I don't think there's a wrong so long as there's intent. I think the criterion for "standard" or "correctness" are influenced more by BS "point scoring" cards of judges than MA's....LOL. That's obvious, but not often acknowledged. I remember I was doing Tai CHi 37/64 w/ W. C.C. Chen's dudes, and I accidently did "hang the lotus" out of habit rather than "sweep the lotus" and they said: "No, you're doing the kick wrong." Granted I was, because I was supposed to be working on their form, but I was doing a technically proficient kick that took more control, coordination, and strength. I was at another Shaolin (non SD) school one morning and the teacher said--"don't roll out your open hand before you chamber and punch. It's incorrect. You're broadcasting your intent. That doesn't work in combat." But that's a hallmark of Sevenstar mantis--the famous mantis grab pull-and-punch....LOL. Since I've been drilling Cha Chui techs a lot, that habit has entered my chambering. I just assented and did what he asked.

    LOL....there's no "right" in CMA, even when you're doing "standard" non-SD CMA in a CMA school. Maybe that's why I think the SD/CMA argument is so hilarious. CMA, sD and non-SD, seems to be a refuge for geeks who like to preach, spew out hot air, and feign humility with routine bombast, and front like there's one philosophy to fighting. Not all teachers, students, etc. But many. It's like the last bastion for people with inferiority complexes. If I get one more lecture from someone how my fighting ready stance is ineffective, when it's really the SD sparring stance (diff. arm/hand position, though), which is the MMA ready stance, which is the Muay Thai ready stance, whcih is the Sanshou ready stance, and provides you the opportunity to actually utilize your many animal techs etc. b/c you can transition through the movments from a superior offensive/defensive position, and then have a wrist grab maneuver explained one more time from someone telling me my such-and-such isn't up to speed, I think I'll puke. It's always up to speed, but maybe from the viepoint of another MA I picked up elswhere, or that I've refined...LOL.

    Think of SD forms, diff. between mainland CMA forms, US CMA forms, and even between S-Tao forms. Could be faulty memory, etc, in transmission. Could be just different interpretation. Could be made up by a dude that could punch and kick your lights out. Could be the skill of the teachers on either side (pro or con), could be different forms due to geographical/cultural influences. Could be the teachers thought the forms were too wussy and decided to make them more technical.

    Look at this dude's pirouettes, then think of our frontsweep, 180 deg. backsweep combo in Lian Wu Zhang.

    http://www.youtube.com/watch?v=fmpcuyKJpEI

    I'm thinking the Indonesian school cut out many of the "dancing" maneuvers that are hallmarks of CMA wushu to stress sweeps, etc. I always thought that. I don't think one way is better than another. But I certainly think SD, GM The', the Indonesian school did. The theory behind our "flourishes" in Chie Chien, Short form 18, etc.---they're teaching a very important concept of sweeping with leverage--keeping the face away from the hands, keeping a stright line between the arm and the head, etc---throws of the center of balance.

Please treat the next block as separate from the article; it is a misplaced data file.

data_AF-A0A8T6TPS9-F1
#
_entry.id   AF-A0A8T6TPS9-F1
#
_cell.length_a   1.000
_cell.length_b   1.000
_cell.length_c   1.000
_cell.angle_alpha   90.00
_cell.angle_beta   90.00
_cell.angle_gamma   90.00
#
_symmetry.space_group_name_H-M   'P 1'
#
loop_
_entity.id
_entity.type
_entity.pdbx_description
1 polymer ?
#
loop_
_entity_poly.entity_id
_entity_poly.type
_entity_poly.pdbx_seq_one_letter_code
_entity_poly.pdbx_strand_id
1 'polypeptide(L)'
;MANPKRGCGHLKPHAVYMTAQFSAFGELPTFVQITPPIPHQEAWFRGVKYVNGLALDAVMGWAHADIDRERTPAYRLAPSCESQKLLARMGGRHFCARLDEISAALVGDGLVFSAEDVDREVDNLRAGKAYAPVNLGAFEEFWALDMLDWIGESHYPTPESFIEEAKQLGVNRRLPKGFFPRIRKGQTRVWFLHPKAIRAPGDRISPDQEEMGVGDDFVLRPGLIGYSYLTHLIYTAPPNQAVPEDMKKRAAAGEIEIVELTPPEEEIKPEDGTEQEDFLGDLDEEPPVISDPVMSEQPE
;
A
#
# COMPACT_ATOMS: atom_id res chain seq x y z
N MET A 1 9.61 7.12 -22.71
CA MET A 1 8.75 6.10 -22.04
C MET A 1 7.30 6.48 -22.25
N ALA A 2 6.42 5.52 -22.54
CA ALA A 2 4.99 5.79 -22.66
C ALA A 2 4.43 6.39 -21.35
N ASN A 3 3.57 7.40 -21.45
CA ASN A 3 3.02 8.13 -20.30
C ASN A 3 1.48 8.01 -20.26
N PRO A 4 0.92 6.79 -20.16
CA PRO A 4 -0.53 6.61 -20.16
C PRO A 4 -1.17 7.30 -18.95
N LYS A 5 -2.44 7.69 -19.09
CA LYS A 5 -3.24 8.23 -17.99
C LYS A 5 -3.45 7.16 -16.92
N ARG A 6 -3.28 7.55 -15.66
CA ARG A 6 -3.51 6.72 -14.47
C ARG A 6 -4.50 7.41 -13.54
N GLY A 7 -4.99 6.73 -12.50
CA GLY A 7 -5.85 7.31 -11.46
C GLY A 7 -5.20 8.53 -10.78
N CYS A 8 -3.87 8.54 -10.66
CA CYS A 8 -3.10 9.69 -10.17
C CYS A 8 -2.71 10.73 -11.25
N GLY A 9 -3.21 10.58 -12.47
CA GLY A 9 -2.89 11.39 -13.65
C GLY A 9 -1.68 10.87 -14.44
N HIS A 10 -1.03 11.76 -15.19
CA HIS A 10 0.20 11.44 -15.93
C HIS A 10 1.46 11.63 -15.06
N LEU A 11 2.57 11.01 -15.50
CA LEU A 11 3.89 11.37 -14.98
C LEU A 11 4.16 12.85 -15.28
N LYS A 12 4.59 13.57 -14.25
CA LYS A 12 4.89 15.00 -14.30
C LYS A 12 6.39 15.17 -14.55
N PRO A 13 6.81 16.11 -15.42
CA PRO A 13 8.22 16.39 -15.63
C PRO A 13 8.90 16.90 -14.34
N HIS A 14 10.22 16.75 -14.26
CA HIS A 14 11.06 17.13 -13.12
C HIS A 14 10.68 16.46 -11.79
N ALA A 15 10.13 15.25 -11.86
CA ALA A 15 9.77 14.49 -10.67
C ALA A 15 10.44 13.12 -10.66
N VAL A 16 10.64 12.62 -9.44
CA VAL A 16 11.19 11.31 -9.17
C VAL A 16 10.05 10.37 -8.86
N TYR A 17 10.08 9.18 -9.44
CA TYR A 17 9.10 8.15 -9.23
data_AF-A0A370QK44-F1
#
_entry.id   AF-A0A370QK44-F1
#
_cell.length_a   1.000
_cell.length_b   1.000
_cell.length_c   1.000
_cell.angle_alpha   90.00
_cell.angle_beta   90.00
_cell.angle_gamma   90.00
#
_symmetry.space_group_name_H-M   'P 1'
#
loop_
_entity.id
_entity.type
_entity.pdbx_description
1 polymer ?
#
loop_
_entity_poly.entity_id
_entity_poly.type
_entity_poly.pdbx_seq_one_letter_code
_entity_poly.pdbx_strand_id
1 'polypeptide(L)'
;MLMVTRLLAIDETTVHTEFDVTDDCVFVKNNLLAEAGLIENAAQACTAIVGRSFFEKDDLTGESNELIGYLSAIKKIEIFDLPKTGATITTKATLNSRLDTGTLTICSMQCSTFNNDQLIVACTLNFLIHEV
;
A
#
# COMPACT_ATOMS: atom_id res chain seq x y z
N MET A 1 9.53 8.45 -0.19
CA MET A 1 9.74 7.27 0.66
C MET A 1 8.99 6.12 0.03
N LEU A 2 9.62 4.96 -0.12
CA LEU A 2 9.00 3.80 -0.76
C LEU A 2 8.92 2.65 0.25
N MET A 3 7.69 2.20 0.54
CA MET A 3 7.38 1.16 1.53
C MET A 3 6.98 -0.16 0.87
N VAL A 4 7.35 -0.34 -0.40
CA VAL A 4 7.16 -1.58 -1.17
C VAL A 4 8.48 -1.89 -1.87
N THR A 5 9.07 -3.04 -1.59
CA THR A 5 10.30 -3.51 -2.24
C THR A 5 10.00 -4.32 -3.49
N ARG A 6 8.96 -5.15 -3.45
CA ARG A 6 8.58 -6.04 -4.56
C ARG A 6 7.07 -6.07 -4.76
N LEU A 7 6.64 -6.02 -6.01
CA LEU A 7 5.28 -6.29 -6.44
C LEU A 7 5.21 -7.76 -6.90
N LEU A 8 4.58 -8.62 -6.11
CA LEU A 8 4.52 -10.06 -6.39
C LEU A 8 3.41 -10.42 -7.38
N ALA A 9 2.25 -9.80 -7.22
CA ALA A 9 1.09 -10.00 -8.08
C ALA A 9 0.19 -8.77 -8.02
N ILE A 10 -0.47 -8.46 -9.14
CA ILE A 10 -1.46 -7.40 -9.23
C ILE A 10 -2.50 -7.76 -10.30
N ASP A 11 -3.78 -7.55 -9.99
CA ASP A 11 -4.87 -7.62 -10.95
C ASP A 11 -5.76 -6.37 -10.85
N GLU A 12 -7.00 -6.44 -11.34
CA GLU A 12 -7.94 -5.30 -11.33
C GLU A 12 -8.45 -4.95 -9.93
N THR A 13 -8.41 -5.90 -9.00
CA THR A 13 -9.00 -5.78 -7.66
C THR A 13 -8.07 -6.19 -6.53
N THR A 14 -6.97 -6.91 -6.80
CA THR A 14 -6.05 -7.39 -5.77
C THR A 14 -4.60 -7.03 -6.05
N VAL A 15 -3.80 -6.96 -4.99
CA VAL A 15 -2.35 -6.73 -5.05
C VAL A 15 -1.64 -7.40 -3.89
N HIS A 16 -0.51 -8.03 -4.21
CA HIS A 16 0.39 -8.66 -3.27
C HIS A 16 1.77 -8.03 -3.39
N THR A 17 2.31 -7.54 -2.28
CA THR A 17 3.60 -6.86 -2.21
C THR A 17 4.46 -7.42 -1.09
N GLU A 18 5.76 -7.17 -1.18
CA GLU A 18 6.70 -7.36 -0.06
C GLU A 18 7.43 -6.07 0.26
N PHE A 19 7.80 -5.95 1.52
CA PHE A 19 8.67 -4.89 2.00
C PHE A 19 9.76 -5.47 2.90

With the exception of the flourishes, basic concept, basic techniques, footwork--all the meat of those Lian Wu Zhang forms is same.

    :21 seconds in--think of the beginning of second and third lines in our form, the front snap kick to front sweep, then back sweep combination w/ quick steps. Here, more of a skipping to 360 jump.

    If you still had all the techniques, all the strikes, sweeps, throws, is it wrong or is it right? Which one is wrong, and which right, from a technique, application, fighting, form standpoint? It's really a moot point, right?

    LOL...story of the thread here. It comes down to whcih form is in the most recognizable order on a larger scale. But that has nothing to do with technique, application, etc., so long as they're in the same basic chunks.

    Just thinking about hte theory of MA. From a practical application standpoint, we all ought to be doing MMA. They train MA the best, in my direct experience. BBJ's rules/art allows for full contact without risking as much injury, so it's a superior art since you get full resistance (that's why I like Chin-na sparring).

    I'm of the opinion if you're doing Karate, SD, Shaolin, Aikido, Jujitsu, TKD, MMA--as long as you're practicing the basic components of fighting with practical intent, it will always be somewhat uglier than what CMA puts out as its clarion call for "Chinese-ness." LOL...just look at a JKD dude fighting, or a sanshou fighter, and then look at a wushu, contemp. or traditional, forms dude, an SD dude--and you'll see the diff. Fighting looks like fighting.
    Last edited by Shaolin Wookie; 07-11-2009 at 09:05 PM.
    No, no, no. You're not thinking. You're just being logical---Niels Bohr

    Oh yeah!??!! Well, my dad could beat up your dad!--Lineage-Haters

    For all nonsense there is an equal and opposite nonsense---Wook

    My Youtube Channel